Another in my occasional posts on the technical side of being an author-publisher.
This is a follow-up to my post on being one’s own webmaster really. Many WordPress users have been suffering from gremlins recently, and it seems that about ten days ago things came to a head and WordPress Fixed Things.
In the course of trying to find out what was wrong I learnt a lot. I started to recognise when it wasn’t me, but other parts of the system that were going wrong. This isn’t always the case of course, and in the near future I will have to sort out what to do when Microsoft no longer supports Windows XP, which is what my computer runs on. It works fine; I know where to find things and how to fix things. I do most of my work by typing, so I want something that works with a proper keyboard and good wordprocessing interface. In short, I’m hoping to stay exactly as I am for as long as possible. With my Luddite hat on.
I also found some parts of WordPress that I didn’t know existed – the WPTavern with some interesting technical stuff that I more or less understood. Then I found a whole series devoted to writers using WordPress:
WordPress For Writers: WordPress Author Sites.
How could I have been blogging on here for two and a half years without finding this? By not looking, I expect.
There are some suggestions from this one article I plan to implement:
- more integration of the author site and the book site
- use of standard core content modules
- meet user expectations
- clean up the design
- register authorship with Google
I hope you don’t have to be a WordPress user to access the article – I don’t see why you should, but if you can’t and you want more explanation of these points, ask.
You may have noticed I changed the template a week or so ago – that was when it all started working properly again. I’m still deciding how best to use it. The article is a great help to focus my mind. I’ll be decluttering it as I go – informative but focused. What do you like or dislike about it?
4 thoughts on “On Author Websites”
Thanks for the tip. I’ll be taking a good look at this when I’ve dug out from under a bit.
Oh look! I posted this on Sunday instead of Monday. Duh! Oh, well – no post tomorrow 🙁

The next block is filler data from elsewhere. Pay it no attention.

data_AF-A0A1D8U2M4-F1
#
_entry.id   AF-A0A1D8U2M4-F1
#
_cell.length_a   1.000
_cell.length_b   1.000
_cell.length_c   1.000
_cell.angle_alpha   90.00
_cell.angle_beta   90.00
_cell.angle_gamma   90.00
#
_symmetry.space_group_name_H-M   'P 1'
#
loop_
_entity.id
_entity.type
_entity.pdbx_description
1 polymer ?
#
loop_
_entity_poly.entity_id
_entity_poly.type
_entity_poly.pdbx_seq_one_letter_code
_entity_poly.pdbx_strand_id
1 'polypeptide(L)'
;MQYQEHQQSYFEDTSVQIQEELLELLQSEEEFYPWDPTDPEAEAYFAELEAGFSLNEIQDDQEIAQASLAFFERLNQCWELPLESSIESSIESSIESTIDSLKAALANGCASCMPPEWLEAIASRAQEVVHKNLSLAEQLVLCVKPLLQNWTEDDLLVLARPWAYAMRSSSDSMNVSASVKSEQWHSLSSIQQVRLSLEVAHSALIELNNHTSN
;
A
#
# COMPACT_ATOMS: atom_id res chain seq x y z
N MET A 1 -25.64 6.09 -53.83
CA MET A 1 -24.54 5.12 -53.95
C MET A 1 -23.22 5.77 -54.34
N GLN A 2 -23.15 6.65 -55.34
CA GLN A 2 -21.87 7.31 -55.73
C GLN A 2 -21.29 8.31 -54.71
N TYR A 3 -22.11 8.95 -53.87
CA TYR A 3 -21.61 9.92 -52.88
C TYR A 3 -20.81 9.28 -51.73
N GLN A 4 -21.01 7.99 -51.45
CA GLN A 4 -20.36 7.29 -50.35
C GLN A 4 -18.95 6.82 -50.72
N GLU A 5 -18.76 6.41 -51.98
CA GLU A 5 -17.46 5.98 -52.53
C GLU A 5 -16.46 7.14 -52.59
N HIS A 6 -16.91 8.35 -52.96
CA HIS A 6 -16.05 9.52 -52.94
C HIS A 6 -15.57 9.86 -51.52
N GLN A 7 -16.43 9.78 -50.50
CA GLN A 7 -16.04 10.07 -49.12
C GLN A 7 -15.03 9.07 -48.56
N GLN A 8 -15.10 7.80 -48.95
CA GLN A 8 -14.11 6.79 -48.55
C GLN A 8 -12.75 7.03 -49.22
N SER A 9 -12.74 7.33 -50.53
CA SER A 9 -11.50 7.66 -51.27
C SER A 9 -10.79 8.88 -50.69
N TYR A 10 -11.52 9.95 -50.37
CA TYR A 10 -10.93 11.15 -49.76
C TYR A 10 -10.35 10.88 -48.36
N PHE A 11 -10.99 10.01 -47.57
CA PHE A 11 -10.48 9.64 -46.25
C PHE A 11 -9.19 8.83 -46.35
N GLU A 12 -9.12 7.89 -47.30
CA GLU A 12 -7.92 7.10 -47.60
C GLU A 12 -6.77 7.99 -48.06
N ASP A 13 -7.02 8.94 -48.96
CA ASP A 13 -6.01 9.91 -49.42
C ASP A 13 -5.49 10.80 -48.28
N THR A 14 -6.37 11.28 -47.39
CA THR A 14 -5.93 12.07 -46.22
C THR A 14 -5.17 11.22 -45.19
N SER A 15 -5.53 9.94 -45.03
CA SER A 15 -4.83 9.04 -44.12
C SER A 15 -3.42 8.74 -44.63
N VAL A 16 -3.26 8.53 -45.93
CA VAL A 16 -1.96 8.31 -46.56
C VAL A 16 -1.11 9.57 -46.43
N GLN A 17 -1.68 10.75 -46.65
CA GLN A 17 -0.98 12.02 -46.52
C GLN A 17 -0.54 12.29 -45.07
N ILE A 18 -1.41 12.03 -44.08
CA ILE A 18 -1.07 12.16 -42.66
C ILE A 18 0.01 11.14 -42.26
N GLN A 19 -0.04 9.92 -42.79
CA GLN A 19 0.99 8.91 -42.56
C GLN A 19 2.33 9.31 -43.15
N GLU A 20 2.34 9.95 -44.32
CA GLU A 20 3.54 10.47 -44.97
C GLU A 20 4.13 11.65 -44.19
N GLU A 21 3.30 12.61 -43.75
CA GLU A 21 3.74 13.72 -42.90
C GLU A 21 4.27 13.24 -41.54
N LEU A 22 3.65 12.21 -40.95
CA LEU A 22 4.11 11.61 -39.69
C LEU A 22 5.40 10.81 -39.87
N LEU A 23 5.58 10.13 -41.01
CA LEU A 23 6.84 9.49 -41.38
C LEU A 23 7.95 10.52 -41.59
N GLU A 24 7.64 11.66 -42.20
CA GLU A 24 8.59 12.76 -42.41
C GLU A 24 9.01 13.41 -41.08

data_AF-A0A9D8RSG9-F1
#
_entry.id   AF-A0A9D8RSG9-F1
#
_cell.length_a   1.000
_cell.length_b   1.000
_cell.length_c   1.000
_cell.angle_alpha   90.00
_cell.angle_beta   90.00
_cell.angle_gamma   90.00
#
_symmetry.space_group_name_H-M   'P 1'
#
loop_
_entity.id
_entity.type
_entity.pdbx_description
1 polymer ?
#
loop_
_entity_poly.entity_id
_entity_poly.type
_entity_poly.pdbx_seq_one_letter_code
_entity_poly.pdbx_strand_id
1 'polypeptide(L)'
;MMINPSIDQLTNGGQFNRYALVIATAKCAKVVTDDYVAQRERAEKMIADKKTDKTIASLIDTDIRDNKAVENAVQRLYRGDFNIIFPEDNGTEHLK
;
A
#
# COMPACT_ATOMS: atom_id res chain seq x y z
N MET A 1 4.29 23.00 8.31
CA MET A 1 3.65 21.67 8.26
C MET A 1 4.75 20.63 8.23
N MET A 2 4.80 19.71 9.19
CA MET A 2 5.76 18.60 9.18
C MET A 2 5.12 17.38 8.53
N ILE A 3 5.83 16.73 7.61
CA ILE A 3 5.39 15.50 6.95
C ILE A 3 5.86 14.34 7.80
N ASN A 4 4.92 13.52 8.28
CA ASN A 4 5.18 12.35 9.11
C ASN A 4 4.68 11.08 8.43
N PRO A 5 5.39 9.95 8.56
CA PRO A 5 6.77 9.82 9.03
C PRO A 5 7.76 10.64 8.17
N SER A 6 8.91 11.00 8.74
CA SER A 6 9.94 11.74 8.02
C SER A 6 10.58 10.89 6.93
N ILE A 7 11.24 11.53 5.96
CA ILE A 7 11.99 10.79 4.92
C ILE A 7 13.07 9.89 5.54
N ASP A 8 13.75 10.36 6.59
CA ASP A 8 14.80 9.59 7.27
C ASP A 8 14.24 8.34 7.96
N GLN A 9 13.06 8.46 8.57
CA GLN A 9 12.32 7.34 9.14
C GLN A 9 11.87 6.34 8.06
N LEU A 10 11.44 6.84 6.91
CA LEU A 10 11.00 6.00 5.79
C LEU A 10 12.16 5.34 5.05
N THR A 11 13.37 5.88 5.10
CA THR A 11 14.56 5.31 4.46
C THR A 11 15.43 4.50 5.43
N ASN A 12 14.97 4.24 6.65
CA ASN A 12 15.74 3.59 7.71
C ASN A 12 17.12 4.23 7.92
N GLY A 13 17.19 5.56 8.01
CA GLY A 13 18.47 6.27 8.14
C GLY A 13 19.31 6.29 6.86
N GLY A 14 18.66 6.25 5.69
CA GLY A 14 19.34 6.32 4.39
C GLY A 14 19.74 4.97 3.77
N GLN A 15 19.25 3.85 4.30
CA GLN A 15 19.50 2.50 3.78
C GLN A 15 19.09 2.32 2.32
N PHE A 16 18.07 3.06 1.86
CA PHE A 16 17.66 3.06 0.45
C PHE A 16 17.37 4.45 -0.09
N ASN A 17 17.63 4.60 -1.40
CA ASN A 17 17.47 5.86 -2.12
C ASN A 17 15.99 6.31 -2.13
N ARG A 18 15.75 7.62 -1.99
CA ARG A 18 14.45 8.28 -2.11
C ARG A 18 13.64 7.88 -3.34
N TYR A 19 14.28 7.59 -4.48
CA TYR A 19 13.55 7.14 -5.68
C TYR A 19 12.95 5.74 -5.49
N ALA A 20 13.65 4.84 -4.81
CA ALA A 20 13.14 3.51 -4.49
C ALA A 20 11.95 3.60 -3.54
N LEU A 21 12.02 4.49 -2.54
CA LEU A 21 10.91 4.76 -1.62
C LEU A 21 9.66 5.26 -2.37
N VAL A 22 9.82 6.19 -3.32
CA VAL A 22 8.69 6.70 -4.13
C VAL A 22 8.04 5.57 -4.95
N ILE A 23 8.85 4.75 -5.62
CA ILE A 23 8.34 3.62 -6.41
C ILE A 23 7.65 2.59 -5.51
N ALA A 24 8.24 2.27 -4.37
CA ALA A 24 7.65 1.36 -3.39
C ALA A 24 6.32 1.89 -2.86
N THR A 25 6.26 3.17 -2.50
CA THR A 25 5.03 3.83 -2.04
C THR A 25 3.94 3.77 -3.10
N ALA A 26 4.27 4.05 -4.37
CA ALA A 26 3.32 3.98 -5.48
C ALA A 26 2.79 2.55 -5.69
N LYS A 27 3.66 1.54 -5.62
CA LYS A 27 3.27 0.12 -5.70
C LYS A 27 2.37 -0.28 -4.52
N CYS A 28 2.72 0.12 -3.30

The article is open to the public, as are most sites on WordPress.com. If it wasn’t, you wouldn’t have found it. 😀 I love WordPress’ ability to hide a site as well as make it easy to be found,.
Thank you for your comments on my article. I’m glad to have helped.
Clutter is a big problem with many bloggers, even long time bloggers. I’ve written much on the subject, including some exercises for my blog exercises series such as clutter making your site look spammy, and in a long running article series called WTF Blog Clutter, a detailed exploration of all the ways we mess up our sites.
The key is the issue is that we create our blogs with ourselves in mind rather our readers. We think they will want to see the same things we see. We also get a myopic perspective, just as we do when our house is a mess. We only see the things that are important to us and not the clutter around those things.
When we step out of our socks and look at things from the view point of the visitor, our perspective changes. We start seeing the things they see, and imaging the impact on them.
For instance, while I love supporting Good Reads, does it really matter to the visitor of your site that they know what you are reading? Do you maintain that list and update it all the time? Does the widget get a lot of traffic and clicks? Or is it a pathway for people to leave your site sooner rather than later? Does it help your readers or does it help you?
The blog challenge badges in the left sidebar – who do they help? The organizers and participants of the events, but do they help your readers who don’t care if you are blogging because of a challenge or blogging because you have their best interests at heart. Maybe those can go on your About Page instead?
What about the categories on your site? What is “Interesting Stuff?” I have no idea. It isn’t a searchable keyword, it doesn’t compel me to find out, and there may be treasures in there but I’m not motivated to find out. Categories are doors that beg to be open. Boring doors won’t be opened, abandoned for the more interesting doors with specific interesting stuff. It is my assumption that this category has become your junk drawer, which serves you but not visitors.
There are no right or wrong answers, just questions we forget to ask as we get excited about something and slam it in our sidebar and forget it is there. I don’t mean to offend. If you can justify everything on your site, every pixel, then let it stand. But if you don’t consider it from the visitor, reader, fan, and searcher perspective, you are missing a chance to connect with your audience.
Thank you again for mentioning my article. It is responses like yours that inspire me to continue with the series on WordPress for writers and authors, to challenge them to see their sites in new ways while complying with web standards.
Thanks for the critique, Lorelle! You should have seen it when I first read your article – you’d have fainted. It’s coming along. 🙂
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